application of what they knowledge. • Promotes higher-order general concept and • Adaptable to a wide
learned. • Helps demonstrate thinking. remember only the variety of class types and
o “According to Newton, ‘To relevance of the material. • Provides instructors with application examples. sizes
every action there is always examples to use in the
opposed an equal reaction.’ future.
Give an application of
Newton’s Third Law from
everyday life.”
Pro and Con Students create a list of pro and • Students demonstrate • Helps to illustrate the • Some issues may have • Any course where
Lists con outcomes to a question or depth of knowledge by complexity of more than two sides so it questions of value are an
situation presented by the identifying two sides of concepts/issues. risks oversimplifying explicit learning objective.
instructor. an issue. • Helps students develop more complex issues. • Particularly useful in
o “After reading analytical skills. • Some students may reject humanities, social science,
Shakespeare’s Hamlet, • Promotes higher-order the idea that there are and public policy courses
imagine you are Hamlet and thinking. two sides to some moral or in applied fields where
list three pros and three cons or ethical issues. multiple solutions to
of murdering your • Possibility for problems are possible.
stepfather, Claudius.” controversy.
Electronic Students respond to instructor • To receive simple and • Allows for quick • Response rates may be • Courses where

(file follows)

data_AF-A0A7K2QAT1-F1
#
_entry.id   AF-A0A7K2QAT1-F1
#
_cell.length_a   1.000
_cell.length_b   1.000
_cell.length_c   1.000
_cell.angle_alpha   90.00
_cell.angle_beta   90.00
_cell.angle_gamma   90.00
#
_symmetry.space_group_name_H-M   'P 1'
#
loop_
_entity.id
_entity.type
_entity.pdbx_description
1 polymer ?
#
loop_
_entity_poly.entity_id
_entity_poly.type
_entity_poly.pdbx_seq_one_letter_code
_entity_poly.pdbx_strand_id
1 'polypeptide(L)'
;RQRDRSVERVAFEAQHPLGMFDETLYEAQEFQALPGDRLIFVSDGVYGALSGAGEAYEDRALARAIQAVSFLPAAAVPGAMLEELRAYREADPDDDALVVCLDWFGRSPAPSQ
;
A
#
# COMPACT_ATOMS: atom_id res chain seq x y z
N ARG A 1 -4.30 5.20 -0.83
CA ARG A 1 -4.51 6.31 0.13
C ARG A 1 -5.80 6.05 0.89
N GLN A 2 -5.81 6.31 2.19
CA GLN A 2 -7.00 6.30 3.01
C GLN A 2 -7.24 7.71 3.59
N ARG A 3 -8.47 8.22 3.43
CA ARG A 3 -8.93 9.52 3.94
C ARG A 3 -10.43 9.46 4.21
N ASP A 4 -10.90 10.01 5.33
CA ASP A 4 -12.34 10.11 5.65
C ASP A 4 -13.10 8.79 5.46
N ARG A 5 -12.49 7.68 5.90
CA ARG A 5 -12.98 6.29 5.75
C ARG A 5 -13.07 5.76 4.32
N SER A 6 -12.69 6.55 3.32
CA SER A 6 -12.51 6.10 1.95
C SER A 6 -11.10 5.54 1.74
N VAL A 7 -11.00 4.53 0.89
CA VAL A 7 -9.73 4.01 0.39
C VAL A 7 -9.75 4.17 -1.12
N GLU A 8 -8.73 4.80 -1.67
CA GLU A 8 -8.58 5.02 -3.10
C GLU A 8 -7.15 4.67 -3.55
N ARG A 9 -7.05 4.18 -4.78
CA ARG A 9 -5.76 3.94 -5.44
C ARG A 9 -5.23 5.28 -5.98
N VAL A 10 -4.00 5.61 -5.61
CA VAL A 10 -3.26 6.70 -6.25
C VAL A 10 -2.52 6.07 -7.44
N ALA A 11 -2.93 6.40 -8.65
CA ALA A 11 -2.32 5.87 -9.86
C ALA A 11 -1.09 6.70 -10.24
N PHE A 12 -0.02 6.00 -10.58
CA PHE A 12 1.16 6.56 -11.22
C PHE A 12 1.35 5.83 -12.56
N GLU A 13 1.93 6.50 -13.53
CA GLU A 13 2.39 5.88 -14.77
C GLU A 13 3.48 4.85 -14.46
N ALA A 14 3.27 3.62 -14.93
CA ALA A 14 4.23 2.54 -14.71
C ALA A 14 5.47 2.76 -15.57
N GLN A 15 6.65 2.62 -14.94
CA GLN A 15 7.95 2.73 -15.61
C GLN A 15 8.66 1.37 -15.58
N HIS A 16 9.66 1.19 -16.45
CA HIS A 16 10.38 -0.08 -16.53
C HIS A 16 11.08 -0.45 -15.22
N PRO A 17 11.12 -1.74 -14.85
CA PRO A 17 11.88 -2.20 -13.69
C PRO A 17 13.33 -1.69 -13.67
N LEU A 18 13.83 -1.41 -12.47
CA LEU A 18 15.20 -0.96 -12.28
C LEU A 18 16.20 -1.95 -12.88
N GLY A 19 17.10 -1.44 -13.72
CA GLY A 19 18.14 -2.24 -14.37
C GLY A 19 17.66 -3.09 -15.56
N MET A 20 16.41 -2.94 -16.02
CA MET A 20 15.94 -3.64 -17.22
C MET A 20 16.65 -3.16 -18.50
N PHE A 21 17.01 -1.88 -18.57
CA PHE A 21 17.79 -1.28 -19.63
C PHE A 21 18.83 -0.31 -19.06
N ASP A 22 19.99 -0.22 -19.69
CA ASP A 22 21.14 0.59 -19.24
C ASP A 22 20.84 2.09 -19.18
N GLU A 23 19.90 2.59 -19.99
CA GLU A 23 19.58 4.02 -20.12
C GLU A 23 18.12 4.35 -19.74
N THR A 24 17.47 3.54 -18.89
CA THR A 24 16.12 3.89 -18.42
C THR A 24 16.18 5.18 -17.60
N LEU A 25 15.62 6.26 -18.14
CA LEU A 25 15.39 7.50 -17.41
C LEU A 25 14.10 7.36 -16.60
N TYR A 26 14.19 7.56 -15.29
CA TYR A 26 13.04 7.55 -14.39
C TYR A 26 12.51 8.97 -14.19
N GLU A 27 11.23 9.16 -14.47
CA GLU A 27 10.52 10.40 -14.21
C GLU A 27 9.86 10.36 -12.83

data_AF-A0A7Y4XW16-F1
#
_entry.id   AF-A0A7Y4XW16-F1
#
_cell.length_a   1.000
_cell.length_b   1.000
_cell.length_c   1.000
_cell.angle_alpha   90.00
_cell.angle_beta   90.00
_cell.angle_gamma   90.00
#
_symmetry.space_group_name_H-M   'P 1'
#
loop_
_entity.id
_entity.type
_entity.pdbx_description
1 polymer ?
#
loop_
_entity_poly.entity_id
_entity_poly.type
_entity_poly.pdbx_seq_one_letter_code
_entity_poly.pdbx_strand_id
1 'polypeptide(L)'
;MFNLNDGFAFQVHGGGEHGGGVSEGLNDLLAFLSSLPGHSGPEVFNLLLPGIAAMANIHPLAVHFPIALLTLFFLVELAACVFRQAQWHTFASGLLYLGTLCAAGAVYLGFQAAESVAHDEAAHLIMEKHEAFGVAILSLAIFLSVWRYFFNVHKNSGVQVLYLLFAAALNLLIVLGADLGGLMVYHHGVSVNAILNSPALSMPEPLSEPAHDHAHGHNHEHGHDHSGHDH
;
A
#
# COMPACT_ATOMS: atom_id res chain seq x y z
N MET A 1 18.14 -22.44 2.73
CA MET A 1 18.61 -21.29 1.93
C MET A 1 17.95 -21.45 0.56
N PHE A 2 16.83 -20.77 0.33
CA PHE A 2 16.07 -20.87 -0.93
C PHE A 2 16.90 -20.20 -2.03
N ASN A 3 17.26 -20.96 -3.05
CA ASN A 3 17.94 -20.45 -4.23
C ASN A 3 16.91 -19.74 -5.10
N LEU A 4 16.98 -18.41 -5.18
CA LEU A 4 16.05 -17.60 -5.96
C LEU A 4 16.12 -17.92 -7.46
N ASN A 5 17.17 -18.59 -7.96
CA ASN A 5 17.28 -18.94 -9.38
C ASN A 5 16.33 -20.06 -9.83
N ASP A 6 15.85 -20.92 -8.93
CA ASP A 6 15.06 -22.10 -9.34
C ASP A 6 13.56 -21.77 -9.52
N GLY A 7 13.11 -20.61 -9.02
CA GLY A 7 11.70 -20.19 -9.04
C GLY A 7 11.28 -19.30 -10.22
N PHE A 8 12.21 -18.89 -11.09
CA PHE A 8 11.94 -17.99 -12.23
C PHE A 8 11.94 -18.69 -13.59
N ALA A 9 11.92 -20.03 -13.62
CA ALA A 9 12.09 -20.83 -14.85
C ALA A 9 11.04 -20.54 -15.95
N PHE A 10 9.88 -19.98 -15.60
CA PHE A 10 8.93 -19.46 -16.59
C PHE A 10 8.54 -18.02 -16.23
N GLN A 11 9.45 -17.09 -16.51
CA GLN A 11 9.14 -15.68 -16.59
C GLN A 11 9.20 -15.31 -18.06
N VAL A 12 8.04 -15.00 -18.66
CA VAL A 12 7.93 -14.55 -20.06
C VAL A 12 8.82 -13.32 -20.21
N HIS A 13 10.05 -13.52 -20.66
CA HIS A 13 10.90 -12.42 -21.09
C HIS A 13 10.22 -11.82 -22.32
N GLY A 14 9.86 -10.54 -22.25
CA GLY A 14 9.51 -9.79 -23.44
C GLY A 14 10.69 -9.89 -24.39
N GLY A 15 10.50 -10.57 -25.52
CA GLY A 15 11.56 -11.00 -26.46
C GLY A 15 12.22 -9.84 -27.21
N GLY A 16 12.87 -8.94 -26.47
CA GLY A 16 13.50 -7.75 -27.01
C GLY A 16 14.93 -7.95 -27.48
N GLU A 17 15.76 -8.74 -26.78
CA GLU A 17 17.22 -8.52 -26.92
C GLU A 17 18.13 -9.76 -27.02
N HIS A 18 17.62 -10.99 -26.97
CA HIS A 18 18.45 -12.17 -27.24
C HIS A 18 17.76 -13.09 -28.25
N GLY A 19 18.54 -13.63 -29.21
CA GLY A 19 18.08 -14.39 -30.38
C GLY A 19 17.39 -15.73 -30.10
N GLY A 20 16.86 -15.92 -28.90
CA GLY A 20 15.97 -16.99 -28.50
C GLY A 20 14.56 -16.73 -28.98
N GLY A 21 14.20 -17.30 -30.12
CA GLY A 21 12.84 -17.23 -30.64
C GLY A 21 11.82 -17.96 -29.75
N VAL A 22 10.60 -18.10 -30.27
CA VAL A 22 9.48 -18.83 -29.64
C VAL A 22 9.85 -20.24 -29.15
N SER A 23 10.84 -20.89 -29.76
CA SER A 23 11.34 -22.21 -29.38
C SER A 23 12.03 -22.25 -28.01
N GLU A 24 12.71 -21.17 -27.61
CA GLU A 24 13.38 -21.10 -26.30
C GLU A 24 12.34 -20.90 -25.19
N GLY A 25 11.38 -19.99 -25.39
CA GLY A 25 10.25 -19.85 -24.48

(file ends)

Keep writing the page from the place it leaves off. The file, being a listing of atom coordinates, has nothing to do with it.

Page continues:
Discussion questions via electronic immediate feedback from feedback. low unless students are Blackboard or some
Boards discussion board. students about instruction • Doesn’t use class time. given an incentive to other electronic
o “How could my PowerPoint or other class issues. • Students have the participate. discussion forum is
presentations be improved?” convenience of • Responses are not already in use.
responding anonymous. • Possible to adapt other
asynchronously as their • Requires access to an feedback devices for use
time allows. electronic discussion in this format.
• Allows for discussion of forum (e.g., Blackboard).
issues by multiple • All students enrolled will
individuals and more have access to responses.
detailed responses from
Easy to Use Classroom Assessment Techniques (CATs)
Type Description Purpose Advantage Disadvantage Suggestions for use
Directed Students are asked to • Assesses students’ ability • Demonstration of real- • Can take considerable • Relevant to most
Paraphrasing paraphrase part of a lesson for to restate important world relevance may time and effort to assess subjects, but is
a specific audience and concepts in their own increase student interest adequately. particularly useful in the
purpose using their own words. in the topic/subject. • Difficult to set clear applied disciplines and
words. • Develops students’ ability • Promotes higher-order criteria for assessment. technical education.
o “In one or two sentences, to apply course thinking. • Student paraphrasing • Must be used multiple
paraphrase what you have information to real-life • Builds students’ skills may not improve times during the course
learned about hospice care situations. communication skills. without focused, to be useful.
to inform a dying, but still individualized feedback. • Instructors should set
lucid patient of its possible strict time limits for
advantages over hospital completion.

Memory A simple table with rows and • To assess students’ • Quick and easy. • Doesn’t allow students to • Introductory courses that
Matrix columns representing key ability to recall factual • Very helpful for students use their own require the recall of a
concepts and their relationships. information and their who are strong visual categorizing schemes. large amount of